The Ultimate Italian Pasta Experience: Ten Must-Try Dishes
December 18, 2011
Discover Italy's top 10 pasta dishes in 'The Ultimate Italian Pasta Experience' - a culinary tour of authentic, flavorful Italian classics.
By: James lawrence / Last updated: January 4, 2024
Guide to Tuscan Gastronomy and Cuisine: Read more
Northwestern Tuscany offers a feast for all the senses: truffles, mushrooms, shellfish, pine nuts, superlative wine, and the famous Leaning Tower of Pisa. In the spring, Pisa’s food markets groan under the weight of asparagus, fresh garlic, zucchini, and figs. October is the time to enjoy porcini mushrooms and forest fruits. Moreover, the city is full of good restaurants that run the whole gamut, from street food stalls to bustling trattorias and swank-de-posh Michelin dining.
Yet you don’t have to spend lavish sums to eat well in Pisa. Some of our most memorable experiences have been in rustic osteria, where multiple generations will cocoon us in a blanket of delicious seasonal fare served in the spirit of Tuscan hospitality.
One of Italy’s greatest traditions is the aperitivo. After work, Pisans head to their favorite bar for the essential early-evening tipple. However, this isn’t just about sipping Prosecco or a chilled Tuscan white: the price of your drink often includes a selection of antipasti, including salami, prosciutto ham, cheeses, and other local delicacies. In Pisa, look out for Mallegato di San Miniato, a local blood sausage made from Tuscan breeds combined with pine nuts, raisins, and pieces of lard. That particular porcine treat, a specialty of the West Coast, involves aging pig fat in vats for 12 months before consuming it as unctuous slices of lardo di colonnata.
The seminal Pisan first course is Bordatino alla Pisana. According to legend, hungry sailors perfected the recipe during sea voyages in the 1700s while transporting buckwheat. It is a rich and satisfying winter soup, incorporating fish broth, legumes, pork rinds, buckwheat (sometimes replaced with corn flour), wild herbs, and black cabbage. Speaking of cabbage, northwestern Tuscan is also known for its Zuppe di Cavolo (black cabbage soup) and fresh pecorino cheese.
Locals are also keen on a hearty concoction of chickpeas, egg noodles, rosemary, extra virgin olive oil, and tomatoes – a hybrid soup/pasta dish. However, even more delectable is the Pisan take on risotto; Slow Food town San Miniato is the source of Tuscany’s exceptional white truffles. They will be shaved over Tuscan varieties of rice cooked in stock, with the essential butter and Parmesan cheese mixed in. Heaven for the Italian foodie.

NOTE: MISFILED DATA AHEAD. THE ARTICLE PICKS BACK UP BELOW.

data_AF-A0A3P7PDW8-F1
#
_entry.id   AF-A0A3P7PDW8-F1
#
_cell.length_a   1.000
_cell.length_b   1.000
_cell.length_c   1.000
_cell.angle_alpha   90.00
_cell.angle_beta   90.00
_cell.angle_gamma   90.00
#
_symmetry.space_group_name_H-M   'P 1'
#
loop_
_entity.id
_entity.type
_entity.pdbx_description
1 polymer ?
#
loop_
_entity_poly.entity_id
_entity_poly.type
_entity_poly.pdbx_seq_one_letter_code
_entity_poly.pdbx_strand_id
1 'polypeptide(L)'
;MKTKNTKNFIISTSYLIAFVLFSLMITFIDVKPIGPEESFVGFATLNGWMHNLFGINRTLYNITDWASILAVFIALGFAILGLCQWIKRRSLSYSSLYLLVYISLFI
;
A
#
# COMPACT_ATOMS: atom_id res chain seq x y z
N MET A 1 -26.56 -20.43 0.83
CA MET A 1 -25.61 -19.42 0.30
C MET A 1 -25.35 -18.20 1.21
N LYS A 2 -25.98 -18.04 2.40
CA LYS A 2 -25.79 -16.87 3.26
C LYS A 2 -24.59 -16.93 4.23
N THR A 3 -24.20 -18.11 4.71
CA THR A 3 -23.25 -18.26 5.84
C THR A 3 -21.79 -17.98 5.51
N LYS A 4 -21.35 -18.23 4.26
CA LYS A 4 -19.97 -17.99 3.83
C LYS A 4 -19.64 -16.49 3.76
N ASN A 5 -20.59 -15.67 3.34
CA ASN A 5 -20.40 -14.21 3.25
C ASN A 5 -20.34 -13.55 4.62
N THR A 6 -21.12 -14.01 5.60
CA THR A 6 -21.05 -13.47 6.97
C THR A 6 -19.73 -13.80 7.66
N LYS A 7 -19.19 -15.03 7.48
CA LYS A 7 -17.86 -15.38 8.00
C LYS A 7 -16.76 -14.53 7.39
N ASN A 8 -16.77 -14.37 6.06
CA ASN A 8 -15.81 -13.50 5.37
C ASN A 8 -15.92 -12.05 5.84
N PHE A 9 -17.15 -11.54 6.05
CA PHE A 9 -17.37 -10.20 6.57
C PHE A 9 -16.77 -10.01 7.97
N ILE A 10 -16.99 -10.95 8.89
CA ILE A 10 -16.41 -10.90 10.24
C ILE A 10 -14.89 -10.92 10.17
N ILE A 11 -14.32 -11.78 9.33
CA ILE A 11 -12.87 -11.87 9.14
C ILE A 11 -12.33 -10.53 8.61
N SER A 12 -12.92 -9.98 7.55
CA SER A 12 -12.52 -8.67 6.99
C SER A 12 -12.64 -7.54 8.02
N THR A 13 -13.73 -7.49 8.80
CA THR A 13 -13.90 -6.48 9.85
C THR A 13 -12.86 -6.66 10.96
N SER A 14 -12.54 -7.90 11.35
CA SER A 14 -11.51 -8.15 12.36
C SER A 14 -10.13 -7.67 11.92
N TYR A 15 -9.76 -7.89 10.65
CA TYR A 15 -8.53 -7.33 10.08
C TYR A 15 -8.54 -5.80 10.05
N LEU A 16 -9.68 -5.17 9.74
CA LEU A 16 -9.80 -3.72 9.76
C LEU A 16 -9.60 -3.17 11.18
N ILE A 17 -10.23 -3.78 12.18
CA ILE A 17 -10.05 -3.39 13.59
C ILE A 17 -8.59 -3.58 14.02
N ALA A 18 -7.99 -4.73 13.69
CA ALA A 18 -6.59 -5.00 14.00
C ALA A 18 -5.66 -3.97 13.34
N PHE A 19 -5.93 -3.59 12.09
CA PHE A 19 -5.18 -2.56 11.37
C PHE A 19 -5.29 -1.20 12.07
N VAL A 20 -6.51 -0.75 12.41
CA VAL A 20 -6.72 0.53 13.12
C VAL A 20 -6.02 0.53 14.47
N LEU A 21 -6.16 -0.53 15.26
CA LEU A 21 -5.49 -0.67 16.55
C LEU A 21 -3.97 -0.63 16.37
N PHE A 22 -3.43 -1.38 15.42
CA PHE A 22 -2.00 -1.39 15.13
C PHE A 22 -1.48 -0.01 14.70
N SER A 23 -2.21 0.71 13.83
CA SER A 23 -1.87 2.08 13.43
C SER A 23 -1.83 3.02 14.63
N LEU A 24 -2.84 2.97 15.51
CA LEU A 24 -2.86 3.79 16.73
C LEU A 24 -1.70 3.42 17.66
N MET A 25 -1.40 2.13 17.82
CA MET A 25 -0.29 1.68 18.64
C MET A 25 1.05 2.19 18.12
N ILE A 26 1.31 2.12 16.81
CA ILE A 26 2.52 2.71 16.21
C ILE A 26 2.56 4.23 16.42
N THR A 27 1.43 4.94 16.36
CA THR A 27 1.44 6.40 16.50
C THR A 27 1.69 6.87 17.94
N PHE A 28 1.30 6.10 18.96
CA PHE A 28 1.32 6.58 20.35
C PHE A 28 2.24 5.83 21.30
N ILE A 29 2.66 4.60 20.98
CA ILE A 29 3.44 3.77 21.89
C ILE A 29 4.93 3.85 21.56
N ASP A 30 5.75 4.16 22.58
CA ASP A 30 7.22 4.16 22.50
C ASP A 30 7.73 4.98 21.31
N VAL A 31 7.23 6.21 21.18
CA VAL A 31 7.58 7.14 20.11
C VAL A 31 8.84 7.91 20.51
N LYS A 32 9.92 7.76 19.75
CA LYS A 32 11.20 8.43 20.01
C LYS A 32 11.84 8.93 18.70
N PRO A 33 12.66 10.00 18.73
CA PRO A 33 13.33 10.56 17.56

The second course in Tuscany is typically a meat or fish dish, and Pisa is no exception. But hold your nose, as Tripe alla Pisana, although not to everyone’s taste, is one of the city’s most popular – and potent – examples of cucina povera (peasant’s cooking). The offal is braised in a rich vegetable and stock broth, often containing tomatoes, herbs, and even pork belly. Even more of an acquired taste is Anguille in Ginocchioni, which is literally translated as “eel on its knees.” The eel is diced, seasoned (usually garlic, parsley, chili, and sage), and then sautéd in olive oil alongside chopped tomatoes. Quick to make and surprisingly delicious, it is often served with polenta or rosemary potatoes.
Stewed game, meanwhile, is a regular feature of winter menus; there is an abundance of pheasant, wild boar, deer, duck, partridge, and hare in rural Tuscany. It is slowly cooked for hours, incorporating all the Italian cliches: olive oil, wild herbs, tomatoes, garlic, and, of course, red wine! A lighter option, however, would be Stoccafisso alla Pisana. In Pisa’s kitchens, chefs exclusively use Norwegian arctic cod (a rare non-local ingredient) to bake this simple dish with potatoes, basil, parsley, and tomatoes, creating an intensely fragrant aquatic stockpot.
In the delightful town of Castelnuovo di Garfagnana, chestnuts are literally everywhere during the fall. Chestnuts are used to make castagnaccio (chestnut cake), a gluten-free option relying on chestnut flour, pine nuts, raisins, olive oil, and some rosemary. But some gourmets find it too tart, preferring the sweet excesses of Torta co’ Bischeri. It’s a moreish centerpiece for afternoon tea – shortcrust butter pastry filled with rice, chocolate, and candied fruits. The perfect pairing? Vin Santo, naturalmente.
One of Tuscany’s smallest appellations, covering less than 125 acres of vineyards, is located on the northwestern coast. Terre di Pisa DOC is a relatively new face in the local wine scene. It is also among the most exciting, led by innovative producers like Tenuta di Ghizzanno and Beconcini. So far, the greatest successes have been the fresh, vibrant, and precise Sangiovese reds and the superlative Bordeaux blends of Beconcini. They offer a wealth of fruit and complexity, built around the laudable qualities of Tuscan-grown Merlot, Petit Verdot, and Cabernet Franc. A real triumph!
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